We soon reached Kopachi, a small village near Chernobyl, where we visited a kindergarten. Kopachi was heavily affected by the explosion. After the disaster, most of its buildings were bulldozed to the ground, and the debris buried in specially dug holes.
Radioactive materials were pushed deep underground, leaving the soil heavily contaminated. The kindergarten is one of the very few Kopachi buildings still standing. Its interiors are among the spookiest and saddest sights we came across throughout the tour.
We also entered the dorm rooms where little kids took their afternoon nap. Eyeless dolls and cuddly toys with missing limbs were sitting on some of the beds, which were otherwise bare. The iron structure made them vaguely similar to whitish skeletons.
As we left Kopachi, we drove along the cooling canal of the plant. Our driver pulled over, and we got out of the car. My gaze followed the canal bed into the distance, where it bent to the right, and… The nuclear plant was just there.
We could see the whole complex, including the ‘sarcophagus’, the steel-and-concrete cover that envelops the reactor like a bright silver shell.
The complex has an extraordinarily evocative power, further emphasised by the monument erected outside the plant: a pair of cupped hands holding a miniature of the building and, above it, a bell that rings the alarm. The symbolism is striking.
The final stop of our tour was Pripyat. To get there, we drove through the Red Forest, as the area immediately surrounding the plant is known. As a result of the absorption of high levels of radiation, the pine trees turned reddish-brown, hence the name.
The site is one of the most highly contaminated in the Zone, but thanks to the low human impact in the area it is now a haven for the local flora and fauna.
Pripyat is a key spot of any Chernobyl visit. It was a model city of 50,000 people with elegant houses and fancy shops. You were a privileged if you lived there. Unlike Chernobyl, it is now a ghost city, empty and deserted as the evacuation left it.
What they say about nature taking over is astoundingly true. Bushes cover most of the road surface, and trees sprout out of the asphalt and on the rooftops. Nature has taken repossession of something people once though they had ownership of.First, we headed to the Pripyat café. The building is in ruins, yet its shattered glass walls and empty space exude a melancholic sense of nostalgia of the old times. The stone staircase next to it takes you down to the remains of the river port. All that’s left is the railing, a wooden boardwalk disappearing into the water and, in the distance, a few cranes and a rusty shipwreck.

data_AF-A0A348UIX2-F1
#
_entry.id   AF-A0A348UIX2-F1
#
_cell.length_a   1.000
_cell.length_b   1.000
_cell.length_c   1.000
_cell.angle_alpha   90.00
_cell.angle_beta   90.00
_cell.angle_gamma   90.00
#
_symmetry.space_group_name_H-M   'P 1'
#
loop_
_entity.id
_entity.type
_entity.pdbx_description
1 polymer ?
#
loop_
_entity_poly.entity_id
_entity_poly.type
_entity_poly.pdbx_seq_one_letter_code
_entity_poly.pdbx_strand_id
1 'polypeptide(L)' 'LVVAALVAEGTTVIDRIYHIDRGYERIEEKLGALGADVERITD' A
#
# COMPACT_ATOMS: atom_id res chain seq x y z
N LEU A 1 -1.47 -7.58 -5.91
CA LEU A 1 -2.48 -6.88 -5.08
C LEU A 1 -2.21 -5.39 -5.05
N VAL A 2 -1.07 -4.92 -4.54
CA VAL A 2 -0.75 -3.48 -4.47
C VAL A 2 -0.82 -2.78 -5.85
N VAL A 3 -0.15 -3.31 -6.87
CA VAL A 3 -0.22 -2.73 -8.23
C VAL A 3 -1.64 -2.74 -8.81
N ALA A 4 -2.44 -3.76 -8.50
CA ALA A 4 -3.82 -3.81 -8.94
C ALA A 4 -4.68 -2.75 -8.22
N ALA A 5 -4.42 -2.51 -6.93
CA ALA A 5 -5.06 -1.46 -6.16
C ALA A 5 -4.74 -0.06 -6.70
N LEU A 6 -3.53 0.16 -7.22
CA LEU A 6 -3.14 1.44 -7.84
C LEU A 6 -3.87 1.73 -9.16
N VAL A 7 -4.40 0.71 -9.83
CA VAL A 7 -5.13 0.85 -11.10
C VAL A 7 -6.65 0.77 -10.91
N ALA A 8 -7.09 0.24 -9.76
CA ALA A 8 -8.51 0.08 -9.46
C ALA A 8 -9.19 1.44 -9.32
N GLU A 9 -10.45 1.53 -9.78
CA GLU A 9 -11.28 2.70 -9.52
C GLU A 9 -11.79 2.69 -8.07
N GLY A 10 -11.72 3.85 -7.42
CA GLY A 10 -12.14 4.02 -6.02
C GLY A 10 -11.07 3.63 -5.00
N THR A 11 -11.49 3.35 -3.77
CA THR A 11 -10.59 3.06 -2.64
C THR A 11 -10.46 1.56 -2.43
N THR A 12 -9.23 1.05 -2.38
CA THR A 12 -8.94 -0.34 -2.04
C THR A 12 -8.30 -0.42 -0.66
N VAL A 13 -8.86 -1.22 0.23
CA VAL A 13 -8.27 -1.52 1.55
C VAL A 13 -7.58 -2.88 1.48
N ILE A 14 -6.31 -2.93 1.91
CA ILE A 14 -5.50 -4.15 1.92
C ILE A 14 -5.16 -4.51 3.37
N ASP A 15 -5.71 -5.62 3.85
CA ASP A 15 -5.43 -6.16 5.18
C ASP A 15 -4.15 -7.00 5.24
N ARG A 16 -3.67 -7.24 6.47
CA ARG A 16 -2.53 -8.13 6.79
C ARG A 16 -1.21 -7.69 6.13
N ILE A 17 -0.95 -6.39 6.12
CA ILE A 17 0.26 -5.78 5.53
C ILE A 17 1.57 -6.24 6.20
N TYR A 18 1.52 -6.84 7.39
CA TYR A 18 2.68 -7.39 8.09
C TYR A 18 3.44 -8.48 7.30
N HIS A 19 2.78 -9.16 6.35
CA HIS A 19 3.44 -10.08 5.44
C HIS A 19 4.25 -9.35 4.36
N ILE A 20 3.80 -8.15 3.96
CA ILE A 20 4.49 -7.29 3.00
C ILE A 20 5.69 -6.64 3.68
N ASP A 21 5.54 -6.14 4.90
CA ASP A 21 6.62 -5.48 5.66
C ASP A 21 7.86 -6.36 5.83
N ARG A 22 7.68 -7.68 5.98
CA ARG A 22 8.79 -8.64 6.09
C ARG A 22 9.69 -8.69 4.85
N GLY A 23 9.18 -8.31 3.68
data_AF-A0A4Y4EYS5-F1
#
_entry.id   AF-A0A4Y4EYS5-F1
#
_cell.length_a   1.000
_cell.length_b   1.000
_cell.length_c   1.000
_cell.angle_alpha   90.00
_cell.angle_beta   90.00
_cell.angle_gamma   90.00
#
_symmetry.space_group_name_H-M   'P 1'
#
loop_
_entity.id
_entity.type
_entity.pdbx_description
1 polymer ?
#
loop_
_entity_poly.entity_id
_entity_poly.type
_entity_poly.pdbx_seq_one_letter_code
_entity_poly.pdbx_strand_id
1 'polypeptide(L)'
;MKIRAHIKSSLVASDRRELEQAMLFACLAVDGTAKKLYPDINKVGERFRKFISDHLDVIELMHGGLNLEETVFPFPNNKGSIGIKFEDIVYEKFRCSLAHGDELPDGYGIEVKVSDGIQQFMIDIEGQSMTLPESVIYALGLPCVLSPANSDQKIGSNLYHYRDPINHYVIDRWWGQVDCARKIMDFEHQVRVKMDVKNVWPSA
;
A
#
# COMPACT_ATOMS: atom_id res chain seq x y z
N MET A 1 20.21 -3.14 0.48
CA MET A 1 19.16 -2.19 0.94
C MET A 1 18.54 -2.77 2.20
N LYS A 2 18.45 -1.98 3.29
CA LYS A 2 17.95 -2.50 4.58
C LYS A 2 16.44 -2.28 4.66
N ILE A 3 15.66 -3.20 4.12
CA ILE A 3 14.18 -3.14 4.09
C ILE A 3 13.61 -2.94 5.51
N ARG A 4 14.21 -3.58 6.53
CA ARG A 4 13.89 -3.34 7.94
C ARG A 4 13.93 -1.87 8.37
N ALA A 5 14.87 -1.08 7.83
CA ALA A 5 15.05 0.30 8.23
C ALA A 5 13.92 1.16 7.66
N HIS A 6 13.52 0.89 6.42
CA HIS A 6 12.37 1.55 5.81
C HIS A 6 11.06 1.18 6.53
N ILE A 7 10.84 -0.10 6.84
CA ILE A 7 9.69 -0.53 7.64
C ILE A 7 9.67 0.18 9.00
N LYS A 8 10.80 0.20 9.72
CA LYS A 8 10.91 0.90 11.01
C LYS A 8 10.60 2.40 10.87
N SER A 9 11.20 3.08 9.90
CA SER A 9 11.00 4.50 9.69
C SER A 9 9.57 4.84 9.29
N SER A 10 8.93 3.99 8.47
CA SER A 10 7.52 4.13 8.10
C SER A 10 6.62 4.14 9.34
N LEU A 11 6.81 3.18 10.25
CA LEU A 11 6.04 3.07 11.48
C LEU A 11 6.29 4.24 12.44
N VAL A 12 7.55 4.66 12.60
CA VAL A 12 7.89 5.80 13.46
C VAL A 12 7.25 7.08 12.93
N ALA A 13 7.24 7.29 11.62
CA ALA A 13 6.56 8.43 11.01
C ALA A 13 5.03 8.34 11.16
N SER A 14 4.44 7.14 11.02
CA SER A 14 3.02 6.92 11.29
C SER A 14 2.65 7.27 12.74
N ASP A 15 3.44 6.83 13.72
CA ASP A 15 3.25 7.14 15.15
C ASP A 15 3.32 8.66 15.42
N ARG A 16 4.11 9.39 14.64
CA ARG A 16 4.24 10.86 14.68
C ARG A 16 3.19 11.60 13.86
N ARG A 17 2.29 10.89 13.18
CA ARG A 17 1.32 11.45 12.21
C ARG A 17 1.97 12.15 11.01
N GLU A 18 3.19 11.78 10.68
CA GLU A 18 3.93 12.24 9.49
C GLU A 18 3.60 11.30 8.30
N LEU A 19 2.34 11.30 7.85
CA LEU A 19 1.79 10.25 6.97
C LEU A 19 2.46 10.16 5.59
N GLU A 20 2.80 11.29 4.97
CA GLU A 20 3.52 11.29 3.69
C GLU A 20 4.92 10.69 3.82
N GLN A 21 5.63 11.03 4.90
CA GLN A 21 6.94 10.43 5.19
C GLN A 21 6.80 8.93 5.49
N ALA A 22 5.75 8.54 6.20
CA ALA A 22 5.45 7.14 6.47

Similarly, the high street is now a narrow, half-paved alley leading up to a broad clearing: the main square. One side is half surrounded by dilapidated buildings: the former administrative office, the Polissya Hotel building, and the Palace of Culture. Elsewhere, there are only rusty street lamps and trees grown out of the asphalt.
The very final stop was the amusement park. Though scheduled to open on 1 May 1986, it was never officially inaugurated: Pripyat was evacuated on the afternoon of 27 April. The area, still one of the most radioactive in the Zone, displays a couple of swing rides, bumper cars, and the notorious carousel, where our tour officially came to an end.
One thing I learned as I moved across the Zone is that what you do not see, because it has been swept away by decades of abandonment, is as visible as what is still there.
Around the Zone, over a hundred people have gone back to where they lived before 26 April. They call them returners or resettlers, but there’s too few of them for their presence to be heard. There are no children playing, trams trundling through the streets, or people working. The silence is still deafening all around.